Updated at 5:08 a.m. Wednesday
Steve Danon, chief of staff to Rep. Brian Bilbray, and deputy mayor of Solana Beach Dave Roberts will face off again in November.
With 100 percent of precincts counted, Danon had 32.8 percent of the votes, compared to 31.5 percent for Roberts.
Del Mar Mayor Carl Hilliard was third with 20.2 percent, followed by Bryan Ziegler, deputy county counsel, with 9 percent, and Stephen Pate, a transportation coordinator in the film industry, with 6.4 percent.
The ultimate winner of the North County seat will be the first new member of the Board of Supervisors in 17 years.
The five candidates are competing to represent the district that stretches from Encinitas to Torrey Pines to Rancho Bernardo.
Danon said change was needed in streamlining the county's permitting process "so it doesn't take five to seven years for a business to get their permit so they could extend their operation or build their operation."
Danon also pledged to end the Neighborhood Reinvestment Program, which provides grant funds to county departments, public agencies and nonprofits. The "slush fund," if not completely eliminated, should include a residents' panel "so that every group that elicits taxpayer funds will be thoroughly vetted before one dollar is allocated," Danon said.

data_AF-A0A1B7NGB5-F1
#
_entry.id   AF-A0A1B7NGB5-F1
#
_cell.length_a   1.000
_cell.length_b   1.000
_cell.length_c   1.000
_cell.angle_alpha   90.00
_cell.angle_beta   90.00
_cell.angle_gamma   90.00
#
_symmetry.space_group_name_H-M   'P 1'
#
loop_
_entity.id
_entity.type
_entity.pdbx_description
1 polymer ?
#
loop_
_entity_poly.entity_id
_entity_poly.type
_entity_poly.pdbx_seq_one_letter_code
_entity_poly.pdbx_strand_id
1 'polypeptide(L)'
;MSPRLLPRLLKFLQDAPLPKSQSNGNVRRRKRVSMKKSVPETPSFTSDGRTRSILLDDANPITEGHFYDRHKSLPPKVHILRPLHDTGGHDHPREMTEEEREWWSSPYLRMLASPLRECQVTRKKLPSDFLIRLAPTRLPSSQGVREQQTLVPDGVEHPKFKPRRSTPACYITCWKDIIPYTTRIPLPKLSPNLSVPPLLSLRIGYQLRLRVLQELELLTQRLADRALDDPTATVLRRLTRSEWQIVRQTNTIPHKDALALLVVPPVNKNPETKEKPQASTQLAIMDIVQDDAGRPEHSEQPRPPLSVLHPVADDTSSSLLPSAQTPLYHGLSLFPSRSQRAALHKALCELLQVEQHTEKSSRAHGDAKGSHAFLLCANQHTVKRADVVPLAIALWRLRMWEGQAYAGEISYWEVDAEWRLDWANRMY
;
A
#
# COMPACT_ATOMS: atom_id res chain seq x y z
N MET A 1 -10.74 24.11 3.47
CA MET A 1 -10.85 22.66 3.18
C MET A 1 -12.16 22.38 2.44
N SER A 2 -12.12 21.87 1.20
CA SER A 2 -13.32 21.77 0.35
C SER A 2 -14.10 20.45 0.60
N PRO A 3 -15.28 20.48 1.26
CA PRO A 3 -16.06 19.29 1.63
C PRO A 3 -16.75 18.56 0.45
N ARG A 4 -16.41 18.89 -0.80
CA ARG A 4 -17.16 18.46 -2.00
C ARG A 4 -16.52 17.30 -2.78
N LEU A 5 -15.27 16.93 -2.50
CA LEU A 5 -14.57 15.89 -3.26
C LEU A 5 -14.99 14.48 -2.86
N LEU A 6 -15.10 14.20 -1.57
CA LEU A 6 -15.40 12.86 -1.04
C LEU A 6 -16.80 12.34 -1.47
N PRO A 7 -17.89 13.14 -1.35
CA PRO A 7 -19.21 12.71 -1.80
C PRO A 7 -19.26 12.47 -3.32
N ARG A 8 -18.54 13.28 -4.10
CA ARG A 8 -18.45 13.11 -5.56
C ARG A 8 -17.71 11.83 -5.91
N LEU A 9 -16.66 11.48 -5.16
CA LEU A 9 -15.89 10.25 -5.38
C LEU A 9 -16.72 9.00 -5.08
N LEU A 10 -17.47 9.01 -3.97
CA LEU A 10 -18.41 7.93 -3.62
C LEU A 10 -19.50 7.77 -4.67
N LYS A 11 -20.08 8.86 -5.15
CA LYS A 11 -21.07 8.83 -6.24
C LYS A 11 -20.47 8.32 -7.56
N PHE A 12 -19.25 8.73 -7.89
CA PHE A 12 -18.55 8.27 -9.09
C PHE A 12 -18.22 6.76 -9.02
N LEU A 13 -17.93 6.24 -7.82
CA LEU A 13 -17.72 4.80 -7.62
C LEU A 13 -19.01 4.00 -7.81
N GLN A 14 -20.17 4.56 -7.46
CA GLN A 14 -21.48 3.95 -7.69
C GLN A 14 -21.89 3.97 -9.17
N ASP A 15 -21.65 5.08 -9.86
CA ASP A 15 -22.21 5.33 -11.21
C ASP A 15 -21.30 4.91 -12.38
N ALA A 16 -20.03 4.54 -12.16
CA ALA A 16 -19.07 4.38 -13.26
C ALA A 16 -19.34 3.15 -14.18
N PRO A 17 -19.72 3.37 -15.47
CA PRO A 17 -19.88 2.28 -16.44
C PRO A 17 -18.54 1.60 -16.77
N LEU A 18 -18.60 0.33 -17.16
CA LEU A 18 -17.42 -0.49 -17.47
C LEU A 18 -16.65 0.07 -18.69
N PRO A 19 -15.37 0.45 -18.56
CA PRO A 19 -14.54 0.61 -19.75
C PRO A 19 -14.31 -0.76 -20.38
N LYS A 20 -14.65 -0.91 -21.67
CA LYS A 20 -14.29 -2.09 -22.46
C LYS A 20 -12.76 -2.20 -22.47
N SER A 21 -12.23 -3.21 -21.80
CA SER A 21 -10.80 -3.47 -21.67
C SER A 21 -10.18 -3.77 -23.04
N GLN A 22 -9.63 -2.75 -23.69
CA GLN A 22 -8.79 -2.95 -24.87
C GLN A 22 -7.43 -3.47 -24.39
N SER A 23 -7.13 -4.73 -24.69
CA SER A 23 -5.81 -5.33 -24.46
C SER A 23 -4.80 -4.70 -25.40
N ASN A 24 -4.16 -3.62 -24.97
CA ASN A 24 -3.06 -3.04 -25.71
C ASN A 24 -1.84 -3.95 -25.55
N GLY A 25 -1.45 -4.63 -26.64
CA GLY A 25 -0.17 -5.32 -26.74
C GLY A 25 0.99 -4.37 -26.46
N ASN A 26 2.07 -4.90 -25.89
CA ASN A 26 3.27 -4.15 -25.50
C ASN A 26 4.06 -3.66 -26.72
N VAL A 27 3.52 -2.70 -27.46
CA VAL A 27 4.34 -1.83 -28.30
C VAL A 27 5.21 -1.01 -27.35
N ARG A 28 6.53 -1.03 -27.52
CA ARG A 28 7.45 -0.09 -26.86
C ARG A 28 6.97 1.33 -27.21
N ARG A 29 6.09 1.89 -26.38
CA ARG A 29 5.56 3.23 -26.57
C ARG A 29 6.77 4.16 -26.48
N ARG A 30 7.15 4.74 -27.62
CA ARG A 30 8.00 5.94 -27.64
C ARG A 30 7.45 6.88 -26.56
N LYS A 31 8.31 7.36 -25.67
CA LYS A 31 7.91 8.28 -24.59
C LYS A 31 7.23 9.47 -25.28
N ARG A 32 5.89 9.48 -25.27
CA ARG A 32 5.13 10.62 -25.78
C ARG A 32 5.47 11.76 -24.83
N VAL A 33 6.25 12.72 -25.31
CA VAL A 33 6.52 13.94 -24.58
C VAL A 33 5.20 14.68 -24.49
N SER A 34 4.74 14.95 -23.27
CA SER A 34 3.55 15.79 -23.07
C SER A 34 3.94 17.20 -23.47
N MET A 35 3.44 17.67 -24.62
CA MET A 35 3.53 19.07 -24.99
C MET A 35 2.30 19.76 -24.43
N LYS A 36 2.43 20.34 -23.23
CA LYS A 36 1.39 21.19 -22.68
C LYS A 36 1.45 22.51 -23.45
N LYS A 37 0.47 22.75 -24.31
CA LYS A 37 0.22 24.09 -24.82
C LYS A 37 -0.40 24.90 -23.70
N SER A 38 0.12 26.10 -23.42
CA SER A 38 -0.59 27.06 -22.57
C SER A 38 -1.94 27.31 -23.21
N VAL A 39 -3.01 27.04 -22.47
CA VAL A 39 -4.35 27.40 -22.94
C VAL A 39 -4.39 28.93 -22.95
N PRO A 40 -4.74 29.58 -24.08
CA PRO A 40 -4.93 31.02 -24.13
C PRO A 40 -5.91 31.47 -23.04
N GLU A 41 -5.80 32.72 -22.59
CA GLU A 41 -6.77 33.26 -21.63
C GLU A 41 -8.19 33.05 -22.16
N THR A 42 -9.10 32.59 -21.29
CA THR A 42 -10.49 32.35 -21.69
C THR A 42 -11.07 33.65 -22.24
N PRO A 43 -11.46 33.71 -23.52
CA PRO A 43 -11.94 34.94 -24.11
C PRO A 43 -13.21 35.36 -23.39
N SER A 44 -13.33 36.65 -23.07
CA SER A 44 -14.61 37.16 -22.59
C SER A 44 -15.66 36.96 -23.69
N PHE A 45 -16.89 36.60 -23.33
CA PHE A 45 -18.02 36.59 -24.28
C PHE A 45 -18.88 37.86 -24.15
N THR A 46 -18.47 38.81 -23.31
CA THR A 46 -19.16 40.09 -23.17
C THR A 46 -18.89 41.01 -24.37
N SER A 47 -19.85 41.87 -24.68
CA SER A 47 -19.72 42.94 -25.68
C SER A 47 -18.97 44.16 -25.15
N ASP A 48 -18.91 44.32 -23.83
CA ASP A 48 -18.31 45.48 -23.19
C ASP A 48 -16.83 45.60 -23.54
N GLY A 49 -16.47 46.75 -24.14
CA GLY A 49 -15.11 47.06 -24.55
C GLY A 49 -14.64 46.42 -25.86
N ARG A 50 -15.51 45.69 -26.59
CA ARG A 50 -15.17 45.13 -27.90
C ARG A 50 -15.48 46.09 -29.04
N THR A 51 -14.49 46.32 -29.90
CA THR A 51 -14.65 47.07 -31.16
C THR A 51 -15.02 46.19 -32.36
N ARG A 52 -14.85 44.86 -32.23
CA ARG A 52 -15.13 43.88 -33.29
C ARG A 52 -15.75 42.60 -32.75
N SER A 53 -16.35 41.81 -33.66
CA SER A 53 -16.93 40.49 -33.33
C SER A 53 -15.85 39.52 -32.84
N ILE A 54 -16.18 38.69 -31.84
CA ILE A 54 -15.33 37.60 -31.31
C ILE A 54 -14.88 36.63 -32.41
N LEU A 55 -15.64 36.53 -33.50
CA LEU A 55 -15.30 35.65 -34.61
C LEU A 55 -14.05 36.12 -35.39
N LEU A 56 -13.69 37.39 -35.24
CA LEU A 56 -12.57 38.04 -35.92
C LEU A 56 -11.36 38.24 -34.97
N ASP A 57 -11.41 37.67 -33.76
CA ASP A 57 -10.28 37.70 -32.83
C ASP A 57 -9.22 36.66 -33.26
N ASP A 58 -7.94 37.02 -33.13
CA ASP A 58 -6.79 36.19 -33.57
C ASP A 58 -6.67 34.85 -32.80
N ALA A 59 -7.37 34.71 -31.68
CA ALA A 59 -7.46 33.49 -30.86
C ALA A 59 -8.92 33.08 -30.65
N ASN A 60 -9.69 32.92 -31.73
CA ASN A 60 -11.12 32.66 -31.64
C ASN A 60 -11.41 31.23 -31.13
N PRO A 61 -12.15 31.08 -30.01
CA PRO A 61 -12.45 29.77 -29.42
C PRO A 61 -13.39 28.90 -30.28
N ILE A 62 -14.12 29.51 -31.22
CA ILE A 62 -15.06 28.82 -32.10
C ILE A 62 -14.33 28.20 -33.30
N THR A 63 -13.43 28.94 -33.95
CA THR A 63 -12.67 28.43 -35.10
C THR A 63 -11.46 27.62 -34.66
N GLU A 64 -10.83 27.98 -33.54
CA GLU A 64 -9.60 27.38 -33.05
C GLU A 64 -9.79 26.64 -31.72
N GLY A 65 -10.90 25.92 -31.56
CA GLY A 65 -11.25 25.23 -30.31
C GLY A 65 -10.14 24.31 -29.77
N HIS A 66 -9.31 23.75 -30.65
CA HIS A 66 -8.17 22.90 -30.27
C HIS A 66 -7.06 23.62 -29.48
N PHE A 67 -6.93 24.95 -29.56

Danon's priorities also include consolidating county fire districts into a regional firefighting authority and creating an ethics commission.
Roberts agreed that county government should foster an environment that spurs job growth.
"It is critical the next supervisor understands fiscal responsibility," Roberts said.
He also stressed environmental and quality of life initiatives, such as expanding open space areas and using recycled water on residential properties, as well as streamlining the Department of Planning and Land Use's business- permit process. He also said he would work to improve fire protection.
Hilliard stressed the need to attract well-paying jobs and bringing jobs back from out of state and overseas.
"Our challenge is to make sure that we don't get in the way of that change, that we don't regulate them to the point where it doesn't make sense for them to come back," Hilliard said.
Hilliard also said Public Safety Realignment, which shifted responsibility for low-level offenders from the state to counties, was a concern.